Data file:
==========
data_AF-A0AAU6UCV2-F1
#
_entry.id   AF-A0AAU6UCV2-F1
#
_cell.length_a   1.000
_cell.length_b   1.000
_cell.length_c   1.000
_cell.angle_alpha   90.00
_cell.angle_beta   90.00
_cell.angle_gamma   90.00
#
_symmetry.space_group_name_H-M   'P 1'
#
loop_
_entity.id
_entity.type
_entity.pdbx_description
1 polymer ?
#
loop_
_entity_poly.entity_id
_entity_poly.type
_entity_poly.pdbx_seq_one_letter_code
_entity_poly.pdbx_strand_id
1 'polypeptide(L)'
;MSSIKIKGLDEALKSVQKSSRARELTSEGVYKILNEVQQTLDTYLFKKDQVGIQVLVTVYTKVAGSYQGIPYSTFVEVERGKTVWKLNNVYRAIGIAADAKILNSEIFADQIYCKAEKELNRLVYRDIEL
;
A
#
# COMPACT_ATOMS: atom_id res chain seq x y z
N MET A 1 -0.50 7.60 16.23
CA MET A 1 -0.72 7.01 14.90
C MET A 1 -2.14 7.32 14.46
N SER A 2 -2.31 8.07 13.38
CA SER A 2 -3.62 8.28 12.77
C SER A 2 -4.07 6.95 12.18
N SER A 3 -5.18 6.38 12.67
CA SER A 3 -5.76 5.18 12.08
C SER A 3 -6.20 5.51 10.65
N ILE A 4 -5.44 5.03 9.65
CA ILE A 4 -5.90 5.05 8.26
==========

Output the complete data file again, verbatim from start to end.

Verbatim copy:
data_AF-A0AAU6UCV2-F1
#
_entry.id   AF-A0AAU6UCV2-F1
#
_cell.length_a   1.000
_cell.length_b   1.000
_cell.length_c   1.000
_cell.angle_alpha   90.00
_cell.angle_beta   90.00
_cell.angle_gamma   90.00
#
_symmetry.space_group_name_H-M   'P 1'
#
loop_
_entity.id
_entity.type
_entity.pdbx_description
1 polymer ?
#
loop_
_entity_poly.entity_id
_entity_poly.type
_entity_poly.pdbx_seq_one_letter_code
_entity_poly.pdbx_strand_id
1 'polypeptide(L)'
;MSSIKIKGLDEALKSVQKSSRARELTSEGVYKILNEVQQTLDTYLFKKDQVGIQVLVTVYTKVAGSYQGIPYSTFVEVERGKTVWKLNNVYRAIGIAADAKILNSEIFADQIYCKAEKELNRLVYRDIEL
;
A
#
# COMPACT_ATOMS: atom_id res chain seq x y z
N MET A 1 -0.50 7.60 16.23
CA MET A 1 -0.72 7.01 14.90
C MET A 1 -2.14 7.32 14.46
N SER A 2 -2.31 8.07 13.38
CA SER A 2 -3.62 8.28 12.77
C SER A 2 -4.07 6.95 12.18
N SER A 3 -5.18 6.38 12.67
CA SER A 3 -5.76 5.18 12.08
C SER A 3 -6.20 5.51 10.65
N ILE A 4 -5.44 5.03 9.65
CA ILE A 4 -5.90 5.05 8.26